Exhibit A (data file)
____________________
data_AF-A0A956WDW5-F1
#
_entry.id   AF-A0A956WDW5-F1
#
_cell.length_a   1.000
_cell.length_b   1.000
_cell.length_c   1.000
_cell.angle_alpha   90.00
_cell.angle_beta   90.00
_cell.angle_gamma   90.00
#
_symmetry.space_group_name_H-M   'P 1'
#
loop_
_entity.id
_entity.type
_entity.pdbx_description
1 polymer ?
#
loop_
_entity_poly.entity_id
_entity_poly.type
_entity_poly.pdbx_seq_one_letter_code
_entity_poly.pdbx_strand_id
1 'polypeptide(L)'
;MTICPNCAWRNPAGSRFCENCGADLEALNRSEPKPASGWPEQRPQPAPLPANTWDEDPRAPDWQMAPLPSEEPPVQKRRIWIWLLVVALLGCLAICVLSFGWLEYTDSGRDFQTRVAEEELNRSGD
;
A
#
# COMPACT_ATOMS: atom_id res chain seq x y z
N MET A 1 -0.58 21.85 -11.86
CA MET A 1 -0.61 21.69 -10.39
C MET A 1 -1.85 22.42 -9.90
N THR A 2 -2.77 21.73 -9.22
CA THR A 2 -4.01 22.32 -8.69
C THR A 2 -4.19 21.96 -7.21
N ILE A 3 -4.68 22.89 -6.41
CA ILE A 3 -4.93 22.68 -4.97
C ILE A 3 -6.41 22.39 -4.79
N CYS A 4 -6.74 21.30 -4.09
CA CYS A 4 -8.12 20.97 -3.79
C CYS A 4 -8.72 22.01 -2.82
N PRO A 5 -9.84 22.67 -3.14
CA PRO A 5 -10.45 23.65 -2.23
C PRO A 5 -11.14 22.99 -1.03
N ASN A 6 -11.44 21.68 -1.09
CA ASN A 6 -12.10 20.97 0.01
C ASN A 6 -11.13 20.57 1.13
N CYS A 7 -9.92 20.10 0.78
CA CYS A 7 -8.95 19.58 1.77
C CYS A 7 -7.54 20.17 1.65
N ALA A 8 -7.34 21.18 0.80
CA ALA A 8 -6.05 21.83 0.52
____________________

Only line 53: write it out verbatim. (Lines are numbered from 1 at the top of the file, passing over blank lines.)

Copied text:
CA ALA A 8 -6.05 21.83 0.52